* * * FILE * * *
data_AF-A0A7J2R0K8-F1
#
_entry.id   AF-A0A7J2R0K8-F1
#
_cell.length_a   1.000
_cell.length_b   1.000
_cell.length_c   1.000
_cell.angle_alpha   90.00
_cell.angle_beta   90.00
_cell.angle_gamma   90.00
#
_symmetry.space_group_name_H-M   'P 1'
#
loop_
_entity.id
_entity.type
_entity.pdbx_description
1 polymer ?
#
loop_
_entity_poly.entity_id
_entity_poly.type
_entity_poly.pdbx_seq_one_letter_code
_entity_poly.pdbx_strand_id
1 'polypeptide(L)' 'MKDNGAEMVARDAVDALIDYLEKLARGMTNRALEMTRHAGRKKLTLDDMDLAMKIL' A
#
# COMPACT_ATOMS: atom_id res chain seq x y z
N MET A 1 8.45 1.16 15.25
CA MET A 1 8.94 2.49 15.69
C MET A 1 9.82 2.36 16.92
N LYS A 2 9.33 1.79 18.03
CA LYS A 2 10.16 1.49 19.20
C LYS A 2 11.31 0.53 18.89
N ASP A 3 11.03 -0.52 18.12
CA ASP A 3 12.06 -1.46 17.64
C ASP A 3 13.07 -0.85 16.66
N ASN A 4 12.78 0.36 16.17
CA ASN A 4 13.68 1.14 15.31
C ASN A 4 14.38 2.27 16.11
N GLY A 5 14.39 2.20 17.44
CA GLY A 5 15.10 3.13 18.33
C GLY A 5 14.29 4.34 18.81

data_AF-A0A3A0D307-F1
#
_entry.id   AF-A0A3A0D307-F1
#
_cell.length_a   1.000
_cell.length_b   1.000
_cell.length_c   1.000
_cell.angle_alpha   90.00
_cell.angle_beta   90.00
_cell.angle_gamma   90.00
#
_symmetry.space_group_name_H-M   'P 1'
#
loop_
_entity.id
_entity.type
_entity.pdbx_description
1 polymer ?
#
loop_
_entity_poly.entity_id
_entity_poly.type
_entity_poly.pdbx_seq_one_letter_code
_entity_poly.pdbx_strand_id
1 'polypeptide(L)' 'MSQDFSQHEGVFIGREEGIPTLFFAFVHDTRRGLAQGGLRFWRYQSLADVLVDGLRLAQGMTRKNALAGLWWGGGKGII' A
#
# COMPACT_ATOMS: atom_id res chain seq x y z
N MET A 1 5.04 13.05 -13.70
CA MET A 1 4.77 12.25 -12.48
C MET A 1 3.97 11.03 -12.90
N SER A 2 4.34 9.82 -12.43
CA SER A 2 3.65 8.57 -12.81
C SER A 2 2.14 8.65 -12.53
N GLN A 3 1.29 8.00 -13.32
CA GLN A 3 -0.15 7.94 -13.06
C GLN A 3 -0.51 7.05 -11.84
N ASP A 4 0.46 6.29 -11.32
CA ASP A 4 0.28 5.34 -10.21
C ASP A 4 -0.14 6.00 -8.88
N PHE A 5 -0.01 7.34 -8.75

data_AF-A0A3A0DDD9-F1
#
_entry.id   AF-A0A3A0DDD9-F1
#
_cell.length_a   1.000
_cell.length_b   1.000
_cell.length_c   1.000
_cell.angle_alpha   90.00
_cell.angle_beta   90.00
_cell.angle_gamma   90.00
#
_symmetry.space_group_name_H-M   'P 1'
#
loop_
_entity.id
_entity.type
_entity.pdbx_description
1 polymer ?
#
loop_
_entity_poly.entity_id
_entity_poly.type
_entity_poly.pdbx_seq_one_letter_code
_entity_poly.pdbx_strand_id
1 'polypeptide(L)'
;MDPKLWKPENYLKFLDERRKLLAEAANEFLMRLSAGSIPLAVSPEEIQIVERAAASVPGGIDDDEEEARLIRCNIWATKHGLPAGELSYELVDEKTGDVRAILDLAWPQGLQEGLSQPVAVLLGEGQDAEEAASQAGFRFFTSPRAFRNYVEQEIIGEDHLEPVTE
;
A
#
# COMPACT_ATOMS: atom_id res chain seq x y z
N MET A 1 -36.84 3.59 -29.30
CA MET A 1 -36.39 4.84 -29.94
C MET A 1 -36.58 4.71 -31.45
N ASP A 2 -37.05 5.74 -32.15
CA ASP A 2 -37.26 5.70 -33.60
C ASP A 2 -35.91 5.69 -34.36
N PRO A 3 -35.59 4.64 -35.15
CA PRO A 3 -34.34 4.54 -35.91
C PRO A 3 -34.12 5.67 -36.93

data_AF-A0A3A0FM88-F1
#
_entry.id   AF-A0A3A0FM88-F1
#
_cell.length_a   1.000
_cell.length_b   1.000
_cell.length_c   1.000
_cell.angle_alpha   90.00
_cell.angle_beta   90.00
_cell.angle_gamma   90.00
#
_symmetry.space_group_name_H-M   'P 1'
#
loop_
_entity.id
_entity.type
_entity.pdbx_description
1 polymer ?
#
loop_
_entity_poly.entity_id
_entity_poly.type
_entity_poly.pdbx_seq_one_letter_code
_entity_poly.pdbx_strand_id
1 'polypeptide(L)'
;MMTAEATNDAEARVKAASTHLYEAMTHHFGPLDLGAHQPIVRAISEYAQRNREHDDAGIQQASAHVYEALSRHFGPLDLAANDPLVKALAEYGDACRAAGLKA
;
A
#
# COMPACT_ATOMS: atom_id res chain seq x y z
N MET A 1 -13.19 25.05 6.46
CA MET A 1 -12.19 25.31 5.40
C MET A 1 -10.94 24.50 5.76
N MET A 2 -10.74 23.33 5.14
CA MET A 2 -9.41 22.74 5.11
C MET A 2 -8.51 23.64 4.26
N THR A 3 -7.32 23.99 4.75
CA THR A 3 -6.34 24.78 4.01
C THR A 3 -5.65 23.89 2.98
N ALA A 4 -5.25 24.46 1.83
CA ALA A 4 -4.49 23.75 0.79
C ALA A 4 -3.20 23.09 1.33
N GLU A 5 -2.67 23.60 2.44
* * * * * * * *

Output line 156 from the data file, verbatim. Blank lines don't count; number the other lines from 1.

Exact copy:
CA MET A 2 -9.41 22.74 5.11